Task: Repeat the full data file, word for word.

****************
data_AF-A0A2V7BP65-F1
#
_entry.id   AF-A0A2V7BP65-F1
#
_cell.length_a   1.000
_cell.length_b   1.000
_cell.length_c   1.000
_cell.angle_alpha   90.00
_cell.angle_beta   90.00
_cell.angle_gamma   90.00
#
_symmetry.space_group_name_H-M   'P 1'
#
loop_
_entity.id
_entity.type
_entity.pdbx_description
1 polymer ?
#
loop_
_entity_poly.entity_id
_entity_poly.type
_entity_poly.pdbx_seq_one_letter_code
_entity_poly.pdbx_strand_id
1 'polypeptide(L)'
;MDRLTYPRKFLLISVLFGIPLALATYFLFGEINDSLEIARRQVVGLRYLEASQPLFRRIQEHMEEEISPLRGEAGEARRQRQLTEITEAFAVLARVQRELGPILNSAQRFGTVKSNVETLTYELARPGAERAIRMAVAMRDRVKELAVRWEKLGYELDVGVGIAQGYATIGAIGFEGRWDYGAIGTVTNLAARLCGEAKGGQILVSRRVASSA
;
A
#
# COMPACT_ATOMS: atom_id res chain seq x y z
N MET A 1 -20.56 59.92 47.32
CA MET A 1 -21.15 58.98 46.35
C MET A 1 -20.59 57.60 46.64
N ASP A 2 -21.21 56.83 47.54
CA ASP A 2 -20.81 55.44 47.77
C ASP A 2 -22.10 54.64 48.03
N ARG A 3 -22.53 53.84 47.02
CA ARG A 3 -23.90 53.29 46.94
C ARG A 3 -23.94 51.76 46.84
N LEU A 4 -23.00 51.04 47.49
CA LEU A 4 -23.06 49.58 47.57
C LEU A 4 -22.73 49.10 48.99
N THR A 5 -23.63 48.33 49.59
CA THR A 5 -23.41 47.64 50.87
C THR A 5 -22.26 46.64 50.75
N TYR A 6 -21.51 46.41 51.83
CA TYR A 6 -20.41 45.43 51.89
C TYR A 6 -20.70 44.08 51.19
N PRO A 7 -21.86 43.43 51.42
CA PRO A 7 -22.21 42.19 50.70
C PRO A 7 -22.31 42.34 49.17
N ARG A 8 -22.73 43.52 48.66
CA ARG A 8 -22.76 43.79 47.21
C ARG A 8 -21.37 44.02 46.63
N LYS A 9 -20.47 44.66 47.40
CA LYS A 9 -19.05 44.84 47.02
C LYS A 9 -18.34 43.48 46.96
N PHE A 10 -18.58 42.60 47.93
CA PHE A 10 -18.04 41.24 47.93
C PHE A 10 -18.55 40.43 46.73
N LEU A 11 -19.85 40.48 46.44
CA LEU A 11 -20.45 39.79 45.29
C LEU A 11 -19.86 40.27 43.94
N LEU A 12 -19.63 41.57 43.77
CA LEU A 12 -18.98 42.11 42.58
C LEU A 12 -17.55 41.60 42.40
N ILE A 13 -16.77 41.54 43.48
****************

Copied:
data_AF-A0A2V7BP65-F1
#
_entry.id   AF-A0A2V7BP65-F1
#
_cell.length_a   1.000
_cell.length_b   1.000
_cell.length_c   1.000
_cell.angle_alpha   90.00
_cell.angle_beta   90.00
_cell.angle_gamma   90.00
#
_symmetry.space_group_name_H-M   'P 1'
#
loop_
_entity.id
_entity.type
_entity.pdbx_description
1 polymer ?
#
loop_
_entity_poly.entity_id
_entity_poly.type
_entity_poly.pdbx_seq_one_letter_code
_entity_poly.pdbx_strand_id
1 'polypeptide(L)'
;MDRLTYPRKFLLISVLFGIPLALATYFLFGEINDSLEIARRQVVGLRYLEASQPLFRRIQEHMEEEISPLRGEAGEARRQRQLTEITEAFAVLARVQRELGPILNSAQRFGTVKSNVETLTYELARPGAERAIRMAVAMRDRVKELAVRWEKLGYELDVGVGIAQGYATIGAIGFEGRWDYGAIGTVTNLAARLCGEAKGGQILVSRRVASSA
;
A
#
# COMPACT_ATOMS: atom_id res chain seq x y z
N MET A 1 -20.56 59.92 47.32
CA MET A 1 -21.15 58.98 46.35
C MET A 1 -20.59 57.60 46.64
N ASP A 2 -21.21 56.83 47.54
CA ASP A 2 -20.81 55.44 47.77
C ASP A 2 -22.10 54.64 48.03
N ARG A 3 -22.53 53.84 47.02
CA ARG A 3 -23.90 53.29 46.94
C ARG A 3 -23.94 51.76 46.84
N LEU A 4 -23.00 51.04 47.49
CA LEU A 4 -23.06 49.58 47.57
C LEU A 4 -22.73 49.10 48.99
N THR A 5 -23.63 48.33 49.59
CA THR A 5 -23.41 47.64 50.87
C THR A 5 -22.26 46.64 50.75
N TYR A 6 -21.51 46.41 51.83
CA TYR A 6 -20.41 45.43 51.89
C TYR A 6 -20.70 44.08 51.19
N PRO A 7 -21.86 43.43 51.42
CA PRO A 7 -22.21 42.19 50.70
C PRO A 7 -22.31 42.34 49.17
N ARG A 8 -22.73 43.52 48.66
CA ARG A 8 -22.76 43.79 47.21
C ARG A 8 -21.37 44.02 46.63
N LYS A 9 -20.47 44.66 47.40
CA LYS A 9 -19.05 44.84 47.02
C LYS A 9 -18.34 43.48 46.96
N PHE A 10 -18.58 42.60 47.93
CA PHE A 10 -18.04 41.24 47.93
C PHE A 10 -18.55 40.43 46.73
N LEU A 11 -19.85 40.48 46.44
CA LEU A 11 -20.45 39.79 45.29
C LEU A 11 -19.86 40.27 43.94
N LEU A 12 -19.63 41.57 43.77
CA LEU A 12 -18.98 42.11 42.58
C LEU A 12 -17.55 41.60 42.40
N ILE A 13 -16.77 41.54 43.48